It’s best to punch with the rear hand, and let the front hand come back across the chest. It is also good to simultaneously press your feet against one another in the back stance. Then, when you release the hands, you can release the stance and really cover ground.

The muscles tend to build fast, and you’ll notice an increase in strength I would say within seven days. Over time you will notice the working parts of your arms and legs are getting denser and better shaped. And, in conjunction with the thrusting forward of the whole body, you are going to have some kind of powerful strike.

Obviously, you can tailor this exercise for other body parts, other types of strikes and blocks, and your body should get in fantastic shape. I’ll tell you this, one look at your chiseled physique and nobody is going to try to kick sand in your face. And that is how an old body building method can give you a hard punch in literally days.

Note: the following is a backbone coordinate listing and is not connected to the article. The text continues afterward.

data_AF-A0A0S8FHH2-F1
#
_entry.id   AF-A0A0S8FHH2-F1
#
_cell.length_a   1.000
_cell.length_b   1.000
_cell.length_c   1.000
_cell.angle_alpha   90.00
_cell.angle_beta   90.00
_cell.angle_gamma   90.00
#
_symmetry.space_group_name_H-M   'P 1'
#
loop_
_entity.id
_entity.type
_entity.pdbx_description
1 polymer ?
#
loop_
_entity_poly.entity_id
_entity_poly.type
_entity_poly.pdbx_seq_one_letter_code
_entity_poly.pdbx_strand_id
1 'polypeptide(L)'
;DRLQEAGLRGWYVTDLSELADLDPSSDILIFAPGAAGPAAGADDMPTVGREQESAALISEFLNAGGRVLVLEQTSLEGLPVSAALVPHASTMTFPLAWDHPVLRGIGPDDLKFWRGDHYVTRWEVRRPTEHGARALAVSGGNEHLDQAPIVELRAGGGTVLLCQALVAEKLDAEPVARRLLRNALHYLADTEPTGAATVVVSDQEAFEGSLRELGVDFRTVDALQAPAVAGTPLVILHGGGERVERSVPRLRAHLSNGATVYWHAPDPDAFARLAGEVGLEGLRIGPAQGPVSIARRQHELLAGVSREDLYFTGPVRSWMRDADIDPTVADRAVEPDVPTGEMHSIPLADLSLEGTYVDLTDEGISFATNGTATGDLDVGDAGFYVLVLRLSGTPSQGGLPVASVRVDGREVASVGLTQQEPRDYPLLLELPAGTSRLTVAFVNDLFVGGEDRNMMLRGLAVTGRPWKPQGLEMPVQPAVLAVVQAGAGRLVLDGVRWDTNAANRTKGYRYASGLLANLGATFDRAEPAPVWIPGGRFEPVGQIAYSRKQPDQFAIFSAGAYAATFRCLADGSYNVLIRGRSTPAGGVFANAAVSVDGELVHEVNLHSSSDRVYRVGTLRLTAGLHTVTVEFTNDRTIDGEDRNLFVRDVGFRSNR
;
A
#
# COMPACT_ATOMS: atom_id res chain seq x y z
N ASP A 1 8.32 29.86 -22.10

About the Author: Al Case began martial arts in 1967. He studied such arts as Kenpo, Karate, Wing Chun, Aikido, Norther Shaolin Kung Fu, Southern Shaolin Kung Fu, Tai Chi Chuan, Pa Ku Chang and various weapons. He became a writer for the martial arts magazines in 1981, and had his own column in Inside Karate. Check out his course on increasing Chi Power.

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Resistance Training in Kung Fu Forms Makes for More Speed and Power

Best Kung Fu Forms

Resistance training is an interesting concept that has been around for a long time, and especially in the martial arts. There are good sides to it, and bad. In this article I’m going to take this concept apart for better understanding.